As a Rhythm Coach, I’ve seen many Core Purposes come and go. Some would knock your socks off. Others I’ve already forgotten. While on a recent call with one of my CEOs, he said, “You’ve been on me about Core Purpose for four years and I finally got it!”
To protect the guilty and the innocent (as Patrick says), I won’t use a company name. I will say they do amazing things that improve people’s lives dramatically. Their clients love them and the product/service they provide.
When they first started working on their One Page Strategic Plan, they stated that their Core Purpose was “Making a Mark in Our Industry.”
Think about that in the context of the 7 Questions to Test Your Core Purpose:
1. Do you find this purpose personally inspiring, and does it make you feel proud of your company? (yes!)
2. Can you envision this purpose being as valid 100 years from now as it is today? (yes!)
3. Does this purpose help you decide which opportunities and activities to say YES to and which ones to say NO to? (yes!)
4. Is this purpose authentic (not merely words on paper that “sound nice”), and would it be greeted with enthusiasm rather than cynicism by your people? (yes!)
5. Does it describe your products, services, or customer segment? (no – that’s Brand Promise!)
6. Is it only about making money? (no – those are targets!)
7. Is it about achieving specific long-term business goals? (no– that’s a BHAG!)
“Making a Mark in Our Industry” doesn’t really fit, does it? Not only that, but in hindsight, the CEO shared with me that it never really passed the Hallway Test. In other words, you couldn’t walk out into the hallway, ask the random person at the water fountain why they come to work everyday, and get this answer – “to make a mark in our industry.” It didn’t resonate with the people, and it didn’t roll off the tongue.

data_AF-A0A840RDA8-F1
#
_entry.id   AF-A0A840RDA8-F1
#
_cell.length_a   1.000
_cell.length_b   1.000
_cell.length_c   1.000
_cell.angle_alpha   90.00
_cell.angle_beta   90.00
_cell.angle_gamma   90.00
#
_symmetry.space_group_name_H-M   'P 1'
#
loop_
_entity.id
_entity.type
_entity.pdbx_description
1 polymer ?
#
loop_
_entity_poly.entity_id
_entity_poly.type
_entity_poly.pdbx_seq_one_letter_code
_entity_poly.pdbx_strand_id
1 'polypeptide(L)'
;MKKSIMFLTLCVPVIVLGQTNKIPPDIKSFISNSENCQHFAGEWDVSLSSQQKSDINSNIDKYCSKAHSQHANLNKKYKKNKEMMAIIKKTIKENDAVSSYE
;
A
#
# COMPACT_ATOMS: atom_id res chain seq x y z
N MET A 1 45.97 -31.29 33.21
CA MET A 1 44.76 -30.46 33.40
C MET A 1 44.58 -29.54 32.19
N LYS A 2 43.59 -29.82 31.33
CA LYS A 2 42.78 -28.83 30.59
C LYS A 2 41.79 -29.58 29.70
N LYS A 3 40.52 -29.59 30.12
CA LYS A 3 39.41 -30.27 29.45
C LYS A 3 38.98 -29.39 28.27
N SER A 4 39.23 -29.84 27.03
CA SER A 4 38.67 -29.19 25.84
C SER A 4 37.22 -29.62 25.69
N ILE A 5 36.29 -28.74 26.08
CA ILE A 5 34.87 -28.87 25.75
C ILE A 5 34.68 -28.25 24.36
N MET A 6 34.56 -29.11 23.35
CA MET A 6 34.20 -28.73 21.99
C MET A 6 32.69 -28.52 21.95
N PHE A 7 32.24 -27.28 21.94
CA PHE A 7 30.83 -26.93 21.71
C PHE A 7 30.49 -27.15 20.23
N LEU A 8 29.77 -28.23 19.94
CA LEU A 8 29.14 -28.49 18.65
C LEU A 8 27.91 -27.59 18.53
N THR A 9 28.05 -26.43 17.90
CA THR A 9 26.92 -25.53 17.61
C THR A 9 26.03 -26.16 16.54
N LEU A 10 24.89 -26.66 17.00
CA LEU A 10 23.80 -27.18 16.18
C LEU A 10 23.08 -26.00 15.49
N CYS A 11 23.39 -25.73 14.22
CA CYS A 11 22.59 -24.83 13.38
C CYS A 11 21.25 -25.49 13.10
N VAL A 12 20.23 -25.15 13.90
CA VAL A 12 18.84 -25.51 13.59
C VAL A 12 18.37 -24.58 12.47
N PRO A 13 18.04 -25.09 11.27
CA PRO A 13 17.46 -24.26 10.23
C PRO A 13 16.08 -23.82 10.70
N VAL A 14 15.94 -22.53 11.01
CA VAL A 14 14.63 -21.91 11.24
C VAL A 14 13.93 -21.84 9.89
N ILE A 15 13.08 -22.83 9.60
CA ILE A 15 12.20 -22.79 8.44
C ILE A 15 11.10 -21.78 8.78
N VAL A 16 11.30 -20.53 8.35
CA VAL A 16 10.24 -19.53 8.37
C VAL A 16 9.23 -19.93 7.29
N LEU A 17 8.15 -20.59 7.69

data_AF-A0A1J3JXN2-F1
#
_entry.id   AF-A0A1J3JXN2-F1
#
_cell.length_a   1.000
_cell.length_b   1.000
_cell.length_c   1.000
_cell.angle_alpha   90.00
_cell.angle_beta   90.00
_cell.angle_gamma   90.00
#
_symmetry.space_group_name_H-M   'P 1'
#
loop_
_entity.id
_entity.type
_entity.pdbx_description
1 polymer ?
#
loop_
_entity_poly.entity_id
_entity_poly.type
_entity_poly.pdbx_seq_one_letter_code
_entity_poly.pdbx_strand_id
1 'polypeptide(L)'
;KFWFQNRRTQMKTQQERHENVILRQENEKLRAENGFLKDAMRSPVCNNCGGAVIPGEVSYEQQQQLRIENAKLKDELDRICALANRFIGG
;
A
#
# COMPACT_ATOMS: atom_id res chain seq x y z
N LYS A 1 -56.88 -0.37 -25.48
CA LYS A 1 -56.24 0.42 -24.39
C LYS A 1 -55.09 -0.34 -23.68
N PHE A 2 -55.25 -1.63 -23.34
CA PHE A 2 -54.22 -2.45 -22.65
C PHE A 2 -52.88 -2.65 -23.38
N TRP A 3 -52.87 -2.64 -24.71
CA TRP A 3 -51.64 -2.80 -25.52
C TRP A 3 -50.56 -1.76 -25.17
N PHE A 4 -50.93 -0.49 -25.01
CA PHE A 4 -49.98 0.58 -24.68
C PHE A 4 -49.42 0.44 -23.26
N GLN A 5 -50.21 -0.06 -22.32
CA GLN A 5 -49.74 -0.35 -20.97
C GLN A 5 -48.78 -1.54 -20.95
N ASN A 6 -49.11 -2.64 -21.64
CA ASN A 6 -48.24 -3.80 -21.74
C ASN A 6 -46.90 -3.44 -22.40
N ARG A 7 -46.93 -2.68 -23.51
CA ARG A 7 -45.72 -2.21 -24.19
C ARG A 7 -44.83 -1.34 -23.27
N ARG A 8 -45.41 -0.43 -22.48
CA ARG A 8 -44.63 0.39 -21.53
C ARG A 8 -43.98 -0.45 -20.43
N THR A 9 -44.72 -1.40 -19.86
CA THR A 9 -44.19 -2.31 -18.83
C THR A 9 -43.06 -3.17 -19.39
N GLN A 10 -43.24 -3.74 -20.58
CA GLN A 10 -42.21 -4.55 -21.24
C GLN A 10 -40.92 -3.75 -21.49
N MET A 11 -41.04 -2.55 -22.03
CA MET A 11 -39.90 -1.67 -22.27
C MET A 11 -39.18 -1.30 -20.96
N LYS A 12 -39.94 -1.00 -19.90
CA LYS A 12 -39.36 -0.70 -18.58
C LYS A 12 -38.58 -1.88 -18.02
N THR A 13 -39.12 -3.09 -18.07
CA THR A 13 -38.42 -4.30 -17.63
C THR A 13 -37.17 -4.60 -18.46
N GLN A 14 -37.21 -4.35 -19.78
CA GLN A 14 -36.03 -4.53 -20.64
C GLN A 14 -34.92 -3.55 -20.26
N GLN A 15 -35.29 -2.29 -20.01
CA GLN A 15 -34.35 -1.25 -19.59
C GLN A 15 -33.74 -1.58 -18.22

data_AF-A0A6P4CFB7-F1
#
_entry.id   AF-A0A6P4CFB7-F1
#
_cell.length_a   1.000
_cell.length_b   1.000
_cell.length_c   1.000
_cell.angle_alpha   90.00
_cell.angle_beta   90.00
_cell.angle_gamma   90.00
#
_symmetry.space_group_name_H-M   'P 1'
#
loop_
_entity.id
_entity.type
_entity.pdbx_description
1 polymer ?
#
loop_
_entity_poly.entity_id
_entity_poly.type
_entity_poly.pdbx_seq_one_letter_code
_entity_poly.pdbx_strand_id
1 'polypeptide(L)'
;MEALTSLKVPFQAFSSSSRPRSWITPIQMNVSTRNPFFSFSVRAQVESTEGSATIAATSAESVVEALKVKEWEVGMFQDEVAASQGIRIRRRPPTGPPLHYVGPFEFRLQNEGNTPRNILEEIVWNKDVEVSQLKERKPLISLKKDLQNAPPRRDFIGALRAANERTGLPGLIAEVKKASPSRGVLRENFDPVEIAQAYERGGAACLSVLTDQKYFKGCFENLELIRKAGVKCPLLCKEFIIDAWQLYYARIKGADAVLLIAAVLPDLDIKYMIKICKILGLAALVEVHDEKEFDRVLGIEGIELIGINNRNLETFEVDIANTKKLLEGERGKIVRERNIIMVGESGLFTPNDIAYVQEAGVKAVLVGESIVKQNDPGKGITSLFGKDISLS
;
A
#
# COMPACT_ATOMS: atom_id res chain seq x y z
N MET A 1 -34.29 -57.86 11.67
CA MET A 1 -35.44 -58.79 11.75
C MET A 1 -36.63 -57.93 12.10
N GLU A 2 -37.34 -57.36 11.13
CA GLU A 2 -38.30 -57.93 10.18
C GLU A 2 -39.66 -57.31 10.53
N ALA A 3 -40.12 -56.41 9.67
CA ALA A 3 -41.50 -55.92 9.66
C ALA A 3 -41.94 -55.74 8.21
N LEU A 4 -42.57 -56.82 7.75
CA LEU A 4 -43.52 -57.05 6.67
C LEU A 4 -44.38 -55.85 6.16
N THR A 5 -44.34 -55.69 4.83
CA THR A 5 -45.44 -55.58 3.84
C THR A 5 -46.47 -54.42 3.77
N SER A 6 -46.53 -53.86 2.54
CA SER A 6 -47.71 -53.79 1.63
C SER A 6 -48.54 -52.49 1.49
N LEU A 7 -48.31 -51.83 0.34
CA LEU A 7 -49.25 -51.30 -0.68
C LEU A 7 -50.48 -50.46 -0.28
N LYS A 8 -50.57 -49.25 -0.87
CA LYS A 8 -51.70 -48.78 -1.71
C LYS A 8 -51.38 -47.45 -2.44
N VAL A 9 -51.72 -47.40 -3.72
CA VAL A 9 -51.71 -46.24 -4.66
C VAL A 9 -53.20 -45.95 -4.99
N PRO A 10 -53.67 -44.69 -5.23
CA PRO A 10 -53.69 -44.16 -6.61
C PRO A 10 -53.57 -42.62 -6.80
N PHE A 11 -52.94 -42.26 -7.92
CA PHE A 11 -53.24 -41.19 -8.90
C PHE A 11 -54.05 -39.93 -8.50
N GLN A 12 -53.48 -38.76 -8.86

In a recent Think Rhythm, the team spent some time working on their Core Purpose and made a change…
“Improving the student learning experience”
The heavens opened, violins played and they started feeling a difference immediately. It spoke to everyone - from the product developers to the warehouse. It captured their passion and helped guide decision-making. It truly was what they were there to do everyday.
After the change, the CEO noticed the Core Purpose was starting to shape employee actions. He happened to be in the warehouse where an employee was packing a box for shipment to a student. He asked the question: “Does the way we do this improve the student learning experience?” The employee thought about it, answered – and a big improvement was made on the front line.
So while it took a few years to get it right, the impact of having the right Core Purpose in place is paying huge dividends: happier clients, engaged and thinking employees, efficiencies internally and an extremely high retention rate.
So, what’s your Core Purpose? Does it pass the test? If not, set up a Think Rhythm to find the one that will inspire your people and improve your business. You'll find some great Core Purpose Examples in this article.
For more on Core Purpose Statement Examples, check out these additional resources: